Workplace OHS programs and practices

Workplaces play a vital role in ensuring the well-being of workers. So knowing what occupational health and safety (OHS) practices are most effective in preventing injury and illness is essential. The Institute for Work & Health (IWH) has a long history of conducting workplace-based research to provide practical guidance to employers, workers, OHS professionals and regulators about what works and what doesn’t. This research targets the injury and illness prevention practices of workplaces, as well as the programs developed by governments, health and safety associations and others to support and motivate workplaces in adopting effective practices.

Latest news and findings

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Watch again: A systematic review of workplace interventions to manage depression

The research literature to date suggests that cognitive behavioural therapy (CBT) can help people with depression stay at work—and CBT with a focus on work can help people return to work after a depression-related absence. These findings from a systematic review, on workplace interventions to manage depression, were the focus of an IWH Speaker Series presentation in January 2018. If you missed that presentation or want to watch it again, it's available as a slidecast. 

Watch the slidecast
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Now recruiting Manitoba construction firms for an OHS leading indicators study

How does your construction company measure up on safety? IWH and the Construction Safety Association of Manitoba are teaming up on a project to develop health and safety leading indicators for the construction sector. They’re also building benchmarks for the province’s construction workplaces. The project is now recruiting construction firms operating in Manitoba of all types and sizes to complete an online survey. Watch and share the recruitment video to help us spread the word. Or go to our project page for recruiting info.

Watch and share the video
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Boost OHS training outcomes with embedded essential skills content

Are you concerned that literacy or numeracy skills gaps among workers would get in the way of their uptake of job skills or OHS training? If so, embedding essential skills content in the job or OHS training could help. Our recent study of hoisting and rigging learners showed better scores among those who took the training with embedded essential skills. A guide based on that research is now available to download.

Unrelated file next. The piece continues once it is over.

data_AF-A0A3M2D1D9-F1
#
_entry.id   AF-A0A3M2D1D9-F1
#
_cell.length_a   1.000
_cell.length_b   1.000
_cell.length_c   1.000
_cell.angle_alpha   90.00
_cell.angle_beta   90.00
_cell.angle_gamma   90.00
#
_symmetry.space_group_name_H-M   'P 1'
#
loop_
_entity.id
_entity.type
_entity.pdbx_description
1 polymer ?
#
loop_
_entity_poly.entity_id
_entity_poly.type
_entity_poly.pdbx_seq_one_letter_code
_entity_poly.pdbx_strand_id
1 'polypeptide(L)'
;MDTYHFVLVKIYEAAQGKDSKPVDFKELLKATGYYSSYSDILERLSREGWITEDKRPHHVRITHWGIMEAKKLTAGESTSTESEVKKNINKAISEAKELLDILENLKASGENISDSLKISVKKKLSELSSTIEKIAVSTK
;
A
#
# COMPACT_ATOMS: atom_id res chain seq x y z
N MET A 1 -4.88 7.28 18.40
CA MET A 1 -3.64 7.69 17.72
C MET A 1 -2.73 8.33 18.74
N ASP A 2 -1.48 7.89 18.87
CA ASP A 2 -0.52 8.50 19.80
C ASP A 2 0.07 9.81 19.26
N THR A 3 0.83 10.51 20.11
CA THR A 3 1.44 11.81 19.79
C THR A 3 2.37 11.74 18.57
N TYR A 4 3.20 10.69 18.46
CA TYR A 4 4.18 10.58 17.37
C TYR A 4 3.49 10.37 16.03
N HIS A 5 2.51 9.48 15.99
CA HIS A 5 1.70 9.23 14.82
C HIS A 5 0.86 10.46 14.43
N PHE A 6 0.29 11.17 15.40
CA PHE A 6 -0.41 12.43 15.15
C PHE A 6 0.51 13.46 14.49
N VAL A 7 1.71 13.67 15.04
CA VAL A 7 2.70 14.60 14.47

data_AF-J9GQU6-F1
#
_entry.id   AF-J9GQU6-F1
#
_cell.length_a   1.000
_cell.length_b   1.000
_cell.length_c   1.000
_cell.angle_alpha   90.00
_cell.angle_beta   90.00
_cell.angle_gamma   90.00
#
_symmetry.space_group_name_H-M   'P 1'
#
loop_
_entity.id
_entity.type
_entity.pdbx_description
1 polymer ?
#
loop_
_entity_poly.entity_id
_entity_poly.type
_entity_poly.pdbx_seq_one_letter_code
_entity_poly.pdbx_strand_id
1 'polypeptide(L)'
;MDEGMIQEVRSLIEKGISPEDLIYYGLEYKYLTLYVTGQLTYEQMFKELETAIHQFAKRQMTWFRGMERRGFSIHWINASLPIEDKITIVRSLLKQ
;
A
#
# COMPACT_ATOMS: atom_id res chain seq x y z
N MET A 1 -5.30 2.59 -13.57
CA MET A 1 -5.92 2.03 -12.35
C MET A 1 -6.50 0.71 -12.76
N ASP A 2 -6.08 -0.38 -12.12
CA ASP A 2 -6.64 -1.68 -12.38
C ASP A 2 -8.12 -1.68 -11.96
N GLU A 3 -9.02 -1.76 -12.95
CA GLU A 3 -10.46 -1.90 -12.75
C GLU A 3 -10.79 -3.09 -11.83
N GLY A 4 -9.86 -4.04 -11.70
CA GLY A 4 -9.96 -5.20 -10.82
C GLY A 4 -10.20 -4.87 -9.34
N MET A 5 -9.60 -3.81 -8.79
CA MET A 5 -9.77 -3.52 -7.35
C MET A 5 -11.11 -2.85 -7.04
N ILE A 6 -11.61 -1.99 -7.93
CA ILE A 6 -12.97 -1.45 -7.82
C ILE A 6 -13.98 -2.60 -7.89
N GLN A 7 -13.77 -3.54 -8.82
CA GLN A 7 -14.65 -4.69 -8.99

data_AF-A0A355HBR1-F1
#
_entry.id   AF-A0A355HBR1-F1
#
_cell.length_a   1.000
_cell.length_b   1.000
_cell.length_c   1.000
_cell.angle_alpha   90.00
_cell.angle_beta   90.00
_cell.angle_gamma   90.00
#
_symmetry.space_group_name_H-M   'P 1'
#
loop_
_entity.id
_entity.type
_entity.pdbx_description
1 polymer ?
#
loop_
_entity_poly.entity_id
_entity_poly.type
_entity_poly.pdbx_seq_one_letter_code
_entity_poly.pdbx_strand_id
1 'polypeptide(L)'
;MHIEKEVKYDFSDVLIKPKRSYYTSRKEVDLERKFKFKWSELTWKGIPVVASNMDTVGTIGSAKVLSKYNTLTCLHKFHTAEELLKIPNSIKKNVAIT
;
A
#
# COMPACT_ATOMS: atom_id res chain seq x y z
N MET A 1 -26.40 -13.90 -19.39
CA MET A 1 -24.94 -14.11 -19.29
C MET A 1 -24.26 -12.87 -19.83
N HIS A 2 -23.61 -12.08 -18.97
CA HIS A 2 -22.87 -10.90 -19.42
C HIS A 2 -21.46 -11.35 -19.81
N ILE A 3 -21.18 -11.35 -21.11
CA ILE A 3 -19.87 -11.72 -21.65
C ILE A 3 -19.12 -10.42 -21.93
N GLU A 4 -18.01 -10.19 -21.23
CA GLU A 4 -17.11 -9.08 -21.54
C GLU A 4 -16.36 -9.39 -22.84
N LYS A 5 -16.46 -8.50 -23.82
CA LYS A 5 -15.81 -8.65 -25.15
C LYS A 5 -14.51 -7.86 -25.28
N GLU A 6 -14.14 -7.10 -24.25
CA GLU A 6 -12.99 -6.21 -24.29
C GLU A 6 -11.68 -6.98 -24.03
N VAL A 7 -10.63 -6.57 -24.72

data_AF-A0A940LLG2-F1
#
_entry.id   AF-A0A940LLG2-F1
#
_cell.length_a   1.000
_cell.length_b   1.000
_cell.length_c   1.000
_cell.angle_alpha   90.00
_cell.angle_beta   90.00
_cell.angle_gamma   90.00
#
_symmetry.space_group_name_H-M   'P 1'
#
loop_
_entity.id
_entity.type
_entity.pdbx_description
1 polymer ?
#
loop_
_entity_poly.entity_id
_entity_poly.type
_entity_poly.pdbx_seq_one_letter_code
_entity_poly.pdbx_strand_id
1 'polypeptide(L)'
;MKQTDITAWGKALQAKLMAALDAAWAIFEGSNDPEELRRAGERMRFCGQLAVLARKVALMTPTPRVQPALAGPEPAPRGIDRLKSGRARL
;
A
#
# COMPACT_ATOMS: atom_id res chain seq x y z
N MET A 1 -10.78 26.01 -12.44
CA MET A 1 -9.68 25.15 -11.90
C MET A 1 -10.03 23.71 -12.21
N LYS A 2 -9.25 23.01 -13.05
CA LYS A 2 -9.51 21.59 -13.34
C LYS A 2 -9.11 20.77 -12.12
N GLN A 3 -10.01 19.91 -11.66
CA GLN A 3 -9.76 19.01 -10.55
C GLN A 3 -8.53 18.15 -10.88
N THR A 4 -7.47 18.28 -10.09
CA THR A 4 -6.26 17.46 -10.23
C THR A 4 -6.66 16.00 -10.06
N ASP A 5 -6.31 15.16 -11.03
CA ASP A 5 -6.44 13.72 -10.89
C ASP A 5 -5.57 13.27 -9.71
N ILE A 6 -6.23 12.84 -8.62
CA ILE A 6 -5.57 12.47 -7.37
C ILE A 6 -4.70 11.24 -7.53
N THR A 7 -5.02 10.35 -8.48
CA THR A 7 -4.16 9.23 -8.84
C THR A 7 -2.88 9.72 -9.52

Read about the study
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Guide to support workers with depression now available to download

If someone you work with or supervise experiences depressionor if you have symptoms yourselfthere are ways to offer and seek support. Our new Evidence-informed guide to supporting people with depression in the workplace lays out tips and suggestions. It’s aimed at helping people with depression cope with symptoms while working or returning to work after an episode of depression. Users may include individuals with depression, managers, co-workers, human resources staff, union representatives and worker representatives. When it comes to supporting workers with depression, everyone can help.

Download the guide
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WSPS small business strategy taps into IWH's model of breakthrough change

In 2016, IWH Scientist Dr. Lynda Robson created a model of “breakthrough change” based on her research into the critical factors behind large and sustained occupational health and safety improvements in organizations. In a new impact case study, Workplace Safety and Prevention Services (WSPS) Small Business Director Harry Stewart describes the many ways WSPS's small business strategy builds on that model, which he describes as the "foundation for how we’re moving forward." 

Read the case study